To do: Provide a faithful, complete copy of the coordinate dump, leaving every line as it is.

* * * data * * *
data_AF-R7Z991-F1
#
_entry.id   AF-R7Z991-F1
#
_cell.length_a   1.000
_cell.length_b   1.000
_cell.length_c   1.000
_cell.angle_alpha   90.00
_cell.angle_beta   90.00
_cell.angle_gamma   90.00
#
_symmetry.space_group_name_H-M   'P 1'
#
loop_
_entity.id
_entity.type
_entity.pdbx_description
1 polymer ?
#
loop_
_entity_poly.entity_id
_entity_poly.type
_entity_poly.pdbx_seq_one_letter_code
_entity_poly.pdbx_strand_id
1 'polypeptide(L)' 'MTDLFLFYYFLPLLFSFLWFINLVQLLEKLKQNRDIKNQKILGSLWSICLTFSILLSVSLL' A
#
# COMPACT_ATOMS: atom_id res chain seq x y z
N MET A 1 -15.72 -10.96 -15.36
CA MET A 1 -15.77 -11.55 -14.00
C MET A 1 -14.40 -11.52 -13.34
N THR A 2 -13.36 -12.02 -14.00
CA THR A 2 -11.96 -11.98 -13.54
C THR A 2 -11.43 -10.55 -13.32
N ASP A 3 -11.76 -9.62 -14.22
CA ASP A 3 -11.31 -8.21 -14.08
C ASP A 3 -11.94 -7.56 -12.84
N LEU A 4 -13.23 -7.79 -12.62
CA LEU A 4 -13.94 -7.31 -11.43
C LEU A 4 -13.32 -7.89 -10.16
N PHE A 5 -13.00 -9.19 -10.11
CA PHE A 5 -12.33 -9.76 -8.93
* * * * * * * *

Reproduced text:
data_AF-R7Z991-F1
#
_entry.id   AF-R7Z991-F1
#
_cell.length_a   1.000
_cell.length_b   1.000
_cell.length_c   1.000
_cell.angle_alpha   90.00
_cell.angle_beta   90.00
_cell.angle_gamma   90.00
#
_symmetry.space_group_name_H-M   'P 1'
#
loop_
_entity.id
_entity.type
_entity.pdbx_description
1 polymer ?
#
loop_
_entity_poly.entity_id
_entity_poly.type
_entity_poly.pdbx_seq_one_letter_code
_entity_poly.pdbx_strand_id
1 'polypeptide(L)' 'MTDLFLFYYFLPLLFSFLWFINLVQLLEKLKQNRDIKNQKILGSLWSICLTFSILLSVSLL' A
#
# COMPACT_ATOMS: atom_id res chain seq x y z
N MET A 1 -15.72 -10.96 -15.36
CA MET A 1 -15.77 -11.55 -14.00
C MET A 1 -14.40 -11.52 -13.34
N THR A 2 -13.36 -12.02 -14.00
CA THR A 2 -11.96 -11.98 -13.54
C THR A 2 -11.43 -10.55 -13.32
N ASP A 3 -11.76 -9.62 -14.22
CA ASP A 3 -11.31 -8.21 -14.08
C ASP A 3 -11.94 -7.56 -12.84
N LEU A 4 -13.23 -7.79 -12.62
CA LEU A 4 -13.94 -7.31 -11.43
C LEU A 4 -13.32 -7.89 -10.16
N PHE A 5 -13.00 -9.19 -10.11
CA PHE A 5 -12.33 -9.76 -8.93